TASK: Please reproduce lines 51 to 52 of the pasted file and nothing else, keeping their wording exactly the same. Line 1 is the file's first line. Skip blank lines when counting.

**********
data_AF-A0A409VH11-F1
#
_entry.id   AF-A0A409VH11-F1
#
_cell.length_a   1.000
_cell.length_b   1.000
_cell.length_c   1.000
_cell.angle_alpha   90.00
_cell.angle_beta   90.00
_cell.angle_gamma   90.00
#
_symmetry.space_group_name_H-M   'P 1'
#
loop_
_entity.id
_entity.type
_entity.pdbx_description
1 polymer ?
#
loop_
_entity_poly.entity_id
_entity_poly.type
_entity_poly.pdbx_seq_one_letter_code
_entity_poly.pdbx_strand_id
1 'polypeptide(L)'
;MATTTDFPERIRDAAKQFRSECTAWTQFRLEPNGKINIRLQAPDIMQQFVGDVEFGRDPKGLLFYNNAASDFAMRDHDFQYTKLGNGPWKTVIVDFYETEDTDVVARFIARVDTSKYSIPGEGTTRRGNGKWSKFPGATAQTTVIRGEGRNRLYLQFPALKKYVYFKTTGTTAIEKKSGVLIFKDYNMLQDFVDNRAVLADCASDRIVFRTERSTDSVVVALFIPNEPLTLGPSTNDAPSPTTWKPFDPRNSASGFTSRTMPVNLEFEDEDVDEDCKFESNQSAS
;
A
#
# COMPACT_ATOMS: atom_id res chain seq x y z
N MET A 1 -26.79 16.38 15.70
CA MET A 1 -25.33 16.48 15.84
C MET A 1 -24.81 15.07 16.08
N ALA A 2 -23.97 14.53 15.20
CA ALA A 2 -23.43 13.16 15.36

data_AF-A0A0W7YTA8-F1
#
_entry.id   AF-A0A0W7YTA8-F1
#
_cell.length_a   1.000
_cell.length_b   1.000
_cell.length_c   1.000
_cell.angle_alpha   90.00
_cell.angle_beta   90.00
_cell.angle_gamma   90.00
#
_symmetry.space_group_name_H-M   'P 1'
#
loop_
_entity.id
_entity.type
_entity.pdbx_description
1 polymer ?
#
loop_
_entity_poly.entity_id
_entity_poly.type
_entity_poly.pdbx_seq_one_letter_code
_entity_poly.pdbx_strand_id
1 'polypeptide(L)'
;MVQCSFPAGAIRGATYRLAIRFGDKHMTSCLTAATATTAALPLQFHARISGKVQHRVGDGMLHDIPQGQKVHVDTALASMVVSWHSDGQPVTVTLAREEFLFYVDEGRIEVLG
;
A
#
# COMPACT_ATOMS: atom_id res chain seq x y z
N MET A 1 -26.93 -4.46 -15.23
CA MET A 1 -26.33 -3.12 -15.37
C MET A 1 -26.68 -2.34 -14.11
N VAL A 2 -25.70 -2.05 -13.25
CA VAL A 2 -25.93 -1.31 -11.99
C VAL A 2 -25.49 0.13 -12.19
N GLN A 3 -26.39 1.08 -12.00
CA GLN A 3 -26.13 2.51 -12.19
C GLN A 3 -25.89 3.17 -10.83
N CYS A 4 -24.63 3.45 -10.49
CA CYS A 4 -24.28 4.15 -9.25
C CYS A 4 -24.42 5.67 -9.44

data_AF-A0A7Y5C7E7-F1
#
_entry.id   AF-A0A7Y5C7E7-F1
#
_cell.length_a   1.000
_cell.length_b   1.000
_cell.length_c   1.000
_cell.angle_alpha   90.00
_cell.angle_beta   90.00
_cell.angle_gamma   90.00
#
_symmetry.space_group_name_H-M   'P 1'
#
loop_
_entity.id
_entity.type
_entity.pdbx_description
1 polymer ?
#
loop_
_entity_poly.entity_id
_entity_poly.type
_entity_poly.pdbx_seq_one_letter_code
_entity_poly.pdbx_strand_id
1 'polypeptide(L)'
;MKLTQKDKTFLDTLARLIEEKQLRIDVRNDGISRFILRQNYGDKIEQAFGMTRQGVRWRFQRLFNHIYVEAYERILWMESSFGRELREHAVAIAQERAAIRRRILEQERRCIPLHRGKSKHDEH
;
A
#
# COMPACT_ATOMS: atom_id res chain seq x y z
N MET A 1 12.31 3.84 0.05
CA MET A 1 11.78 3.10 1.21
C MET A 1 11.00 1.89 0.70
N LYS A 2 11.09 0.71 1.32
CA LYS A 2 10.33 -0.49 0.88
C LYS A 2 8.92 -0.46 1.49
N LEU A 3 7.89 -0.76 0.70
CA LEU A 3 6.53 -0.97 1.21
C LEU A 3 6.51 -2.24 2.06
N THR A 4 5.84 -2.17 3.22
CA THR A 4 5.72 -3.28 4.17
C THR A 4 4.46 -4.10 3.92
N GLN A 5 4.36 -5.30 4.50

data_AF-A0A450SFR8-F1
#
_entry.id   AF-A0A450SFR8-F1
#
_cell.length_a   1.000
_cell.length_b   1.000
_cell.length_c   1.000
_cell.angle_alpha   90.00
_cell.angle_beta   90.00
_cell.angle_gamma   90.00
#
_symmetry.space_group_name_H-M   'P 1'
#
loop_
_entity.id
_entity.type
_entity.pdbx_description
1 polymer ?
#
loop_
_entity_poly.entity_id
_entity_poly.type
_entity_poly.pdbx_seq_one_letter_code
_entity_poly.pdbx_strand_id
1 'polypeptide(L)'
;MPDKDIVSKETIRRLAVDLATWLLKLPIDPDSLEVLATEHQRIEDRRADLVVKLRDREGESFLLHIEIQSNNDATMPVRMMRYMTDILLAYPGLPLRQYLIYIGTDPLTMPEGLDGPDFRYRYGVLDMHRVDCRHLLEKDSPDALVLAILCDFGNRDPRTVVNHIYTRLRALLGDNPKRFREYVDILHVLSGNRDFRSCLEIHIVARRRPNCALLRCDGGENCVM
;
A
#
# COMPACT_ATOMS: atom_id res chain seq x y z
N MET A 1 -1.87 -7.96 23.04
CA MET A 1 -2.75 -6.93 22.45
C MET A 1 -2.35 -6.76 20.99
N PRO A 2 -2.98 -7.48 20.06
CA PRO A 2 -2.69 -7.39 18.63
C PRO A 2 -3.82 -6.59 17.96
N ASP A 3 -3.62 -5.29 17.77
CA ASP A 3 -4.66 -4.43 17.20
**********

_entity.type
_entity.pdbx_description